Late-June tropical Atlantic update: Continued quiet for a bit

If you missed it, Eric and I have decided to start doing tropical updates for you every week or two through hurricane season. We had our first one last week, which was rather detailed. This week, we’ll be a little more succinct!

Tropical outlook in a sentence

The Atlantic basin continues to be void of much interesting tropical activity, and it will likely continue that way for the next week to 10 days.

Near-term summary

Dust, dust, dust. And shear. Those two things are characterizing the Atlantic basin today. Dust from the Sahara Desert continues to roar across the Atlantic. This tends to be a fairly common feature in the early parts of hurricane season. We’ve noticed it a lot more in recent years, and I’m not sure if that’s because of some functional change or just because our observational capabilities have gotten so much more sophisticated. Either way, the last few years have seen a lot of Saharan dust in the basin in June and July.

Widespread Saharan dust is spread out across virtually the entire Atlantic basin right now, which should help limit tropical activity for a little while longer. (University of Wisconsin/NOAA)

From the satellite image above, you can see where dust (yellow/orange/red) is located, as well as cloud cover (gray). Virtually the entire Atlantic basin is littered with Saharan dust right now. This includes the Gulf of Mexico. Some of that thicker dust is likely to appear in Houston’s skies in the days ahead.

Why does this matter? Well, Saharan dust is extremely important globally. It’s a major source of nutrients for phytoplankton, and it helps to fertilize the Amazon. It obviously doesn’t come without problems, as the dust can irritate those who have sensitive respiratory systems, allergies, or asthma. It reduces air quality, and we may well see that here in Houston for late this week.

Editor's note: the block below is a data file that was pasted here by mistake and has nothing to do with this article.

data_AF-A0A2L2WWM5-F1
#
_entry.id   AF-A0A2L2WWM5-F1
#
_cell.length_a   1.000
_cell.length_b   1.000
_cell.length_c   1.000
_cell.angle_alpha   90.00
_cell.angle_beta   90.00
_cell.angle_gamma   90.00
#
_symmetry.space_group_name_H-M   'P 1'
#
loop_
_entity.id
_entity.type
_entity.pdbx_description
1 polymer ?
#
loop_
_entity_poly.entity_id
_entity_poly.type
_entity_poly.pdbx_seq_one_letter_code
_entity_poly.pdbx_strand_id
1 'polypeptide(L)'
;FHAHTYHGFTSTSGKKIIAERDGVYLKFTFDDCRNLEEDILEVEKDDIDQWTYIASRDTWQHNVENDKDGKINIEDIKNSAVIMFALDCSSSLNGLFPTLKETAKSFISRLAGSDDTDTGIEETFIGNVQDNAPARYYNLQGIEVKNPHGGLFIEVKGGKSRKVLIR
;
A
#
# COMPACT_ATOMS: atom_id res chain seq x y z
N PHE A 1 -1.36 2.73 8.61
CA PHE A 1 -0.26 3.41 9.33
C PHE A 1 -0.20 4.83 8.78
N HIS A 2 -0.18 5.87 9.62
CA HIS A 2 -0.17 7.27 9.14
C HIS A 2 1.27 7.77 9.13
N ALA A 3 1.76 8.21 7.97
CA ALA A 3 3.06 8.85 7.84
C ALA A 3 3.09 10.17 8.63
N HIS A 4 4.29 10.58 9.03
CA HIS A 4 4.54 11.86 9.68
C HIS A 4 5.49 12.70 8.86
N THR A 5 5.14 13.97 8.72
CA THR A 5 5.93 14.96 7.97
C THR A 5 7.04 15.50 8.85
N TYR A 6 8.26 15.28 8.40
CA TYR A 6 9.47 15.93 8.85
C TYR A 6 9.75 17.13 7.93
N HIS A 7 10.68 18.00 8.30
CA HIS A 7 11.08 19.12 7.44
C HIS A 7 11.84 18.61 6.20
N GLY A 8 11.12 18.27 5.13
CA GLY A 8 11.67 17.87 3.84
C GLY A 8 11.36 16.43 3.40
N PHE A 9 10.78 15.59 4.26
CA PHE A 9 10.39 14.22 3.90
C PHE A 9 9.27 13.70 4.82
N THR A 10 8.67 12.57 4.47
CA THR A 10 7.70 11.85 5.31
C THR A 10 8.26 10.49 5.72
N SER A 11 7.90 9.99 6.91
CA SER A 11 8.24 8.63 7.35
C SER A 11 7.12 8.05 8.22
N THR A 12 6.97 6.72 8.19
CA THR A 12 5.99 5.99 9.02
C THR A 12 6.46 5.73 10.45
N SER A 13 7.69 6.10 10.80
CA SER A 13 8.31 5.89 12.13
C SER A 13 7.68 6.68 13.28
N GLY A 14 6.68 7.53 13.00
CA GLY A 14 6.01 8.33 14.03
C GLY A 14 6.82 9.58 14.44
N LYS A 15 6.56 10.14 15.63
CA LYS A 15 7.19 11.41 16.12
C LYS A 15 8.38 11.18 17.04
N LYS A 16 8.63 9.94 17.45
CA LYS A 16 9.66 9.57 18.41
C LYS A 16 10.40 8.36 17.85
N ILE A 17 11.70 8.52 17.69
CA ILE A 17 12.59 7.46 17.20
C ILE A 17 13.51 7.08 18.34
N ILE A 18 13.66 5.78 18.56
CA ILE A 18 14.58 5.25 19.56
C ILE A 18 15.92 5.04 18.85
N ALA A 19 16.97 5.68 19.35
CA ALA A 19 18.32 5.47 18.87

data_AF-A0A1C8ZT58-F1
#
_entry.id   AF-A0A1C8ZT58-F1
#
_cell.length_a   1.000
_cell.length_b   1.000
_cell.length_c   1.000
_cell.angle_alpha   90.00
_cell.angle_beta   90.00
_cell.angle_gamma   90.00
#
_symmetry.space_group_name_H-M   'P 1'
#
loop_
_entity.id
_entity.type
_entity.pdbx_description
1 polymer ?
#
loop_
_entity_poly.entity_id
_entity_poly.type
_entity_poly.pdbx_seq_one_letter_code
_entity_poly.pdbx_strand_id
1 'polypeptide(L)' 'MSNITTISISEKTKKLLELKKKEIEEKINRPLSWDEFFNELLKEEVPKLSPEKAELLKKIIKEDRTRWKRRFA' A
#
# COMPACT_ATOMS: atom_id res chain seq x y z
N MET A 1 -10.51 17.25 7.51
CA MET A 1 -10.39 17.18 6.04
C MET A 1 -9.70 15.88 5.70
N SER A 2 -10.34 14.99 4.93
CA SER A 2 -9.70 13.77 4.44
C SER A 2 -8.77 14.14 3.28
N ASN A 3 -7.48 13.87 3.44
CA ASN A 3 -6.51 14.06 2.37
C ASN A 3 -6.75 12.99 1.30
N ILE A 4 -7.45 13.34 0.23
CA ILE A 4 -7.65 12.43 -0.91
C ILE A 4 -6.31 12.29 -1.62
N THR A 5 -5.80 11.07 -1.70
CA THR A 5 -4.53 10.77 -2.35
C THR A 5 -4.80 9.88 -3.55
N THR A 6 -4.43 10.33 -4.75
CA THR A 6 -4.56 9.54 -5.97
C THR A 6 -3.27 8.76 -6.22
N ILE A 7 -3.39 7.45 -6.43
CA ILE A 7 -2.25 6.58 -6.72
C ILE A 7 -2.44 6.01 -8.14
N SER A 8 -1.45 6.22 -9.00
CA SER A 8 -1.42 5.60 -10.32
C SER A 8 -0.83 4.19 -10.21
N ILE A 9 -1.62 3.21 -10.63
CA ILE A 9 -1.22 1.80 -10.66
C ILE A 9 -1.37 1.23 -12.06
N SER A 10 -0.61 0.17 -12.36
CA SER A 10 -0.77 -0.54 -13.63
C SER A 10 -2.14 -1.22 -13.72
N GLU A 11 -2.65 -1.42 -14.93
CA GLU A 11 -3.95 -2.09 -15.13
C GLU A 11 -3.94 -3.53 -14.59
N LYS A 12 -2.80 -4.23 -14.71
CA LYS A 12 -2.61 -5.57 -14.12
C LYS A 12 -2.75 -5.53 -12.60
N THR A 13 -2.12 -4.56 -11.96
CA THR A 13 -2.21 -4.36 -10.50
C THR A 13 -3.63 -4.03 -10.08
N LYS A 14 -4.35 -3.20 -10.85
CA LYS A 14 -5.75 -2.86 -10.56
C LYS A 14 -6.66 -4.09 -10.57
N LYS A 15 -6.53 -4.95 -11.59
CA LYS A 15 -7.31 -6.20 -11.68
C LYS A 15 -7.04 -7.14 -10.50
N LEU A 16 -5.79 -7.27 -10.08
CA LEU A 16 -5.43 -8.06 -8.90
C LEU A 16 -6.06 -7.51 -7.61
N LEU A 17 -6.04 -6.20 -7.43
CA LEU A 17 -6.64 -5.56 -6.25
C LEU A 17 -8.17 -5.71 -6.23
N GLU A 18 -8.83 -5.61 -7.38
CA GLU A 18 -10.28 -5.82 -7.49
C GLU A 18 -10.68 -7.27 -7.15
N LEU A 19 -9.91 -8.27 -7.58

But from a tropical point of view, Saharan dust can help hinder systems from developing. The dust is indicative of dry air in the atmosphere. Obviously, hurricanes need moist air. Think about our weather here in Houston. On days with a “cap” in the atmosphere, there’s a barrier that exists preventing or limiting how high cloud tops can go. That reduces our thunderstorm chances. The Saharan air layer can act as a “cap” as well, preventing storms from billowing up. It doesn’t entirely prevent tropical storms or hurricanes from developing, but it can severely limit how well developed they can become. So curse the dust when it irritates your sinuses, but thank it for helping to keep the early part of tropical season under wraps.

In addition to Saharan dust, the tropical Atlantic is mostly being smothered with wind shear right now as well.

Anywhere you see red on the map above, it indicates high wind shear values, which would usually act to prevent storms from organizing. (University of Wisconsin)

Anywhere you see red on the map above, it indicates high wind shear. Right now, that includes the Gulf, the Caribbean, and most of the tropical Atlantic. Wind shear acts to prevent thunderstorms from organizing and beginning to swirl. It can rip organized storms apart. High wind shear typically means limited tropical activity.

Between the high shear and high quantities of dust in the Atlantic basin right now, it will be tough for anything to organize for at least the next seven to ten days.

Weather model fantasy-land

Looking way out in time, neither the GFS model, the European model, or any of their ensemble members show any meaningful activity in the Atlantic basin over the next 14 days. They do show a bit of an increase in “noise” in the Eastern Pacific, but as of yet, that does not translate into the Atlantic.

Long-term outlook

Most of my thoughts from last week’s post hold today. I do think we will see something develop by mid-July, but I am a bit less confident in that today than I was a week ago. I explained a lot of this in last week’s post, so I’ll just direct you to that to understand more about the MJO and how it can impact tropical activity. At a very high level: The passage of an MJO wave can help “prime” the tropics for increased activity during hurricane season.

What has changed since last week? Perhaps the MJO movement has slowed a bit and also weakened a bit, which is mostly good news if you don’t want to see tropical activity.